Molecular Creation (logo) A Story of Natural Molecular Evolution from Atoms and Water to the living Cell




Prior to the formation of proteins, reactions were catalyzed primarily by nucleic acids which had no extended hydrophobic surfaces and cations like calcium, magnesium and sodium were around them to neutralize their surface charge.43 Proteins with enzymatic activity dramatically increased reaction rates and metabolic efficiencies.44 In fact, the increased efficiency in digesting nucleic acids, particularly single-stranded messenger RNAs, threatened to destroy the entire polypeptide coding system. However, reducing enzymes appeared which could remove the oxygen from the 2-position of the ribose ring of nucleosides and transcribe m-RNAs into strands of deoxyribonucleic acid, DNA.54

By removing the 2’ hydroxyl of nucleotides and adding a methyl group to the ring of the uridine molecule, four deoxynucleotides were produced.

One difference in these new nucleic acids was that they contained thymidines with a methyl group on the uridine ring. With two less polar oxygen atoms per base pair and an additional methyl on the uridines, strands of DNA could bind much more tightly together and exclude most of the water within the double helices - so tightly, in fact, that it took enzymatic proteins to separate them.


This dramatic increase in conformational stability was not only due to tighter binding and exclusion of internal water, but to the extremely regular arrangement of negatively-charged phosphate groups around the perimeter which, based on the TLH hypothesis, permitted uniform linear dielectric hydration bridging between the strands. In spite of the fact that the double helix structure of B-DNA is never displayed as hydrated, 13 water molecules per base pair are required to maintain it in its orderly helical form.55 When Watson and Crick, Linus Pauling and a number of other investigators were attempting to obtain an interpretable X-ray diffraction pattern of DNA, it was Rosalind Franklin at Kings College in London, who sprayed a sample of sodium DNA with water and obtained the pattern which was used by Watson and Crick to complete their model and publish their classical paper.55 It is unfortunate that they did not emphasize the importance of water in maintaining the spatial structure of DNA and give credit to Rosalind for her critical contribution to the program .

In spite of the fact that water is never shown around double helix DNA, 13 water molecules per base pair are required for stabilization; probably by bridging between ions.

In fact, infrared and NMR analyses reveal that the water around the double helix is not liquid, it is “ice-like.” 9, 55 Based on the TLH hypothesis, linear segments of DNA in the living cell are always in motion with dynamic transient linear elements of 5 to 7 water molecules bridging between anionic phosphates across the wide groove and 3 to 4 across the narrow groove to permit delocalization of the high negative surface charge. Transient linear elements also form in the large groove and between the base pairs and they continually form kinetically in multiple layers around the helix in covalent ice-like forms to transfer charge outward to sodium ions which, by being spherically hydrated, are held out away from the helix the same as they are when water forms covalent cubic structuring as it begins to freeze.26, 56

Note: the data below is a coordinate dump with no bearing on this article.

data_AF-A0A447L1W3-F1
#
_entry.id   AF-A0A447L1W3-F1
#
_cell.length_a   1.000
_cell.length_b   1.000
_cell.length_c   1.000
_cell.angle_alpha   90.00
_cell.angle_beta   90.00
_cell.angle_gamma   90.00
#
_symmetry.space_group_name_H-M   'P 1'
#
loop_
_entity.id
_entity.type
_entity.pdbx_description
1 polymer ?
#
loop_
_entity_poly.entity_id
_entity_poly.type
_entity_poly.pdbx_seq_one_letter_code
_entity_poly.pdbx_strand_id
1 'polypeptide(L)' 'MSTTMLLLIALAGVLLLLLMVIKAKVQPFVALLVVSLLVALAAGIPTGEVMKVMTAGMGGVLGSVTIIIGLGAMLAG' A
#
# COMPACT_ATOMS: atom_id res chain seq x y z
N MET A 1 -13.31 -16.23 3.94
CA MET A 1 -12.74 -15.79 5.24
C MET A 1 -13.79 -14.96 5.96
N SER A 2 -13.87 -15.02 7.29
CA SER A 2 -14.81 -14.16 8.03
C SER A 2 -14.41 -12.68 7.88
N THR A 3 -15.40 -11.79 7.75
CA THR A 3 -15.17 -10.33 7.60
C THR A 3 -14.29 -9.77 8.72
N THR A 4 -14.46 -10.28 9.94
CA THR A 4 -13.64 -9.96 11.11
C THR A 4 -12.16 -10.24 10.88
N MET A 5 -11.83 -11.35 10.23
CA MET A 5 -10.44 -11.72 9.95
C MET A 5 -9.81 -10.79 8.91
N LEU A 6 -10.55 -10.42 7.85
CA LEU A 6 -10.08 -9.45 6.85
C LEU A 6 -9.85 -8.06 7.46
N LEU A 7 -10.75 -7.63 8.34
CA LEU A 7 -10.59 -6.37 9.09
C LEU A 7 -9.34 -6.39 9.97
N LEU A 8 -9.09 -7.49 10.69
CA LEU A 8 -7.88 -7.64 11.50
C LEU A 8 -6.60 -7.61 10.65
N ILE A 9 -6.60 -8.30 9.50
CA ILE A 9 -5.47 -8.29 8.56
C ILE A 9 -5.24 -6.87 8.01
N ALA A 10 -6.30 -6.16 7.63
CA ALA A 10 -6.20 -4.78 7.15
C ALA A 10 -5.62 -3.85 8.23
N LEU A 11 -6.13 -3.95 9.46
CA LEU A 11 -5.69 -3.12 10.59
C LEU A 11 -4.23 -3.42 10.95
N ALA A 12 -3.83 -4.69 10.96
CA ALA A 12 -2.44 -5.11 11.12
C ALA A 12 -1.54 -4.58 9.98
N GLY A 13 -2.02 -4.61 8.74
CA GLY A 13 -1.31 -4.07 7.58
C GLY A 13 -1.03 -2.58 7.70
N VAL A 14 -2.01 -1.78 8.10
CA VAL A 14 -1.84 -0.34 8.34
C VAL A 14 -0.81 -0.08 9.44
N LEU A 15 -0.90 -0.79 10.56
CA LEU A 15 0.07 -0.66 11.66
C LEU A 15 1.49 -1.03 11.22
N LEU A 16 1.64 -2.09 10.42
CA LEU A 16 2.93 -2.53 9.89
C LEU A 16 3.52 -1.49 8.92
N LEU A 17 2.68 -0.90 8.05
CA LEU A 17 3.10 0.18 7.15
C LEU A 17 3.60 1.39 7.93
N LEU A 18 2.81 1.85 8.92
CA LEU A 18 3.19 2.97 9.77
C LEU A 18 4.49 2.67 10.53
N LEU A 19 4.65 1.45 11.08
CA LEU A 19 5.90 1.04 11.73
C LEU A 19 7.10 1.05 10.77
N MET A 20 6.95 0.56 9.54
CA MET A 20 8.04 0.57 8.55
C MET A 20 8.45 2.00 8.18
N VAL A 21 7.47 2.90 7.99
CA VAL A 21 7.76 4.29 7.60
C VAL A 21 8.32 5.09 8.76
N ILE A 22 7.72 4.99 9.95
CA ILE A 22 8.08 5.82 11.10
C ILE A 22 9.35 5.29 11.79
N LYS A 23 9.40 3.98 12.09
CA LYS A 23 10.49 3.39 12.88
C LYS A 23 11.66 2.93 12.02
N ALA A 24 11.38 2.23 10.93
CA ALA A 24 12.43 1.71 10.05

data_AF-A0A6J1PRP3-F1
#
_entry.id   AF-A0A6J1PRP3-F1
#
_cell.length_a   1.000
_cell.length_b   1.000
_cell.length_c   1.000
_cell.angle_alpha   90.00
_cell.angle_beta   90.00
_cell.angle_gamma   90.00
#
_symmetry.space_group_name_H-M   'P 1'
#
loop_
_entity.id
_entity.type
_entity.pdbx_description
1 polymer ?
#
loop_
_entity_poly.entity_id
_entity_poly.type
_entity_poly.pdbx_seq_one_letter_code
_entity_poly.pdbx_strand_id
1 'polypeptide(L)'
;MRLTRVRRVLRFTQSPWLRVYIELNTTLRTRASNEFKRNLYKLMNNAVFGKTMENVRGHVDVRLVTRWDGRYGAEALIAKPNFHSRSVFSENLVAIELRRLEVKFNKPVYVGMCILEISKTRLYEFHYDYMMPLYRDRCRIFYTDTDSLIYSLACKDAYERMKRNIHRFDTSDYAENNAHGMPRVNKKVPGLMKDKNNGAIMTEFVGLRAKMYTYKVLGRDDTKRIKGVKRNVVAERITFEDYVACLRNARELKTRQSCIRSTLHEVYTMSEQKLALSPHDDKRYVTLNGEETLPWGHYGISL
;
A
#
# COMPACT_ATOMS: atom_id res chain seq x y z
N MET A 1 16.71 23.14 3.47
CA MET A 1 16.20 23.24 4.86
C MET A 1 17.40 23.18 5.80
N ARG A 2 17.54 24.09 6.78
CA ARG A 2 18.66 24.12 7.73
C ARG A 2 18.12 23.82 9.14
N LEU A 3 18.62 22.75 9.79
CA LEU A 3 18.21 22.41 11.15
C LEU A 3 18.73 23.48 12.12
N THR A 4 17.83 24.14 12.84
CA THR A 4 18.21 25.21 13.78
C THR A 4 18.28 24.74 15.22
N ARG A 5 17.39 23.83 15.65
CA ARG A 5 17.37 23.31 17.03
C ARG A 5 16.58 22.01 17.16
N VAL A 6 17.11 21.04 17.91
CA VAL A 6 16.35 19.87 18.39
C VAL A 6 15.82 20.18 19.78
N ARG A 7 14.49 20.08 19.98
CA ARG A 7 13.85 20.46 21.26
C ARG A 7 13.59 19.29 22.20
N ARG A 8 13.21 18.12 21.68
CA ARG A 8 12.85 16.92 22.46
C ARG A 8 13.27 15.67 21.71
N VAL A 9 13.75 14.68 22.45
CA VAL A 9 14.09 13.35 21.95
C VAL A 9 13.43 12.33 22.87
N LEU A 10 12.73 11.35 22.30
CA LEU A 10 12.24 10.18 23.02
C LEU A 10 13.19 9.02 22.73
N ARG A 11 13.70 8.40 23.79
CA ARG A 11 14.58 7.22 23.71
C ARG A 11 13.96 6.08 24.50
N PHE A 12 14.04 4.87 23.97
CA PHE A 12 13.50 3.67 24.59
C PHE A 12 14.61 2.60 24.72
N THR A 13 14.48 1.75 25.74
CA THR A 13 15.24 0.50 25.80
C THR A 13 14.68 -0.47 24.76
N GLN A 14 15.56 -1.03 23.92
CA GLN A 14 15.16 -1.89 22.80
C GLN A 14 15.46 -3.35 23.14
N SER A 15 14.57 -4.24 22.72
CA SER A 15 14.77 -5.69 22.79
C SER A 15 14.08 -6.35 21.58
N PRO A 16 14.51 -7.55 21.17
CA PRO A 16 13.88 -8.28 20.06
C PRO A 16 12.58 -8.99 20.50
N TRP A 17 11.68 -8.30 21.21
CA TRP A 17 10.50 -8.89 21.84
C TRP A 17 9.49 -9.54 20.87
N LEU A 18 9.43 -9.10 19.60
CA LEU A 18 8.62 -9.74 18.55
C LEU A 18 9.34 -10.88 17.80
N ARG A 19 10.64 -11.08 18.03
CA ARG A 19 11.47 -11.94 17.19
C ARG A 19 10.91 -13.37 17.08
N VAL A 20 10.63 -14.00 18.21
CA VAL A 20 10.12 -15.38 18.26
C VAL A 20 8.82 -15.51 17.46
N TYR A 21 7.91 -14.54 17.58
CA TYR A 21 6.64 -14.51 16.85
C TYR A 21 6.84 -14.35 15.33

Since the hydrating elements last for less than a billionth of a second, helical segments have the freedom to bend and twist and move as bridging elements change quantized length. In fact, quantized entanglement coupling of protons in water around the helix may provide additional stabilization.7 By being held out away from the helix by the linearization of surface water, sodium ions retain rotational freedom as hydrated spheres while neutralizing the high surface negative charge. For a more detailed view of Quantized Hydration Model, check out

DNA Storage and Reading

Soon after double helices began to form, small spherical Histone proteins with positively-charged surfaces most likely began to form and wrap the negatively-charged helices around them. These proteins not only provided compact storage for DNA, they are so similar among species, that they may be the same today as the original ones which formed.57

DNA is stored in the nucleus of cells as coils around histone proteins.

By bonding to enzymes, DNA filaments dehydrate, unwind and are transcribed into specific sequences of m-RNAs, t-RNAs and new filaments of DNA.56, 57 Multiple enzymes are involved in each stage of reading. However, other proteins, like the one shown below, bind to specific sequences of base-pairs in the wide groove to prevent unwinding and reading.57

Proteins with specifically sequenced coils bind to surfaces of DNA coils to prevent unwinding and code reading.

Still other enzymes attach methyl groups to nucleoside bases to prevent unwinding. If you can think of a way that DNA filaments can be selectively read, nature thought of it first because only those segments which were required to be read, are read.56 Of course, the fundamental importance of double helix DNA was that it permitted permanent storage of the polypeptide codes.Truly, when the first DNA code was transcribed into the first m-RNA and then into a specific polypeptide, we can say that the first phase of reproductive life had begun.

However, life at that stage was not the same as it is today. Undoubtedly, there were no cells as we know them. Most likely, there were gelatinous masses of starches and polypeptides floating in the seas and in shoreline tidal pools with compartments of reproductive nucleic acid molecules. Only as proteins developed which could efficiently electrolyze water into hydrogen and oxygen, could the production of fatty acids begin and biomolecular evolution continue.

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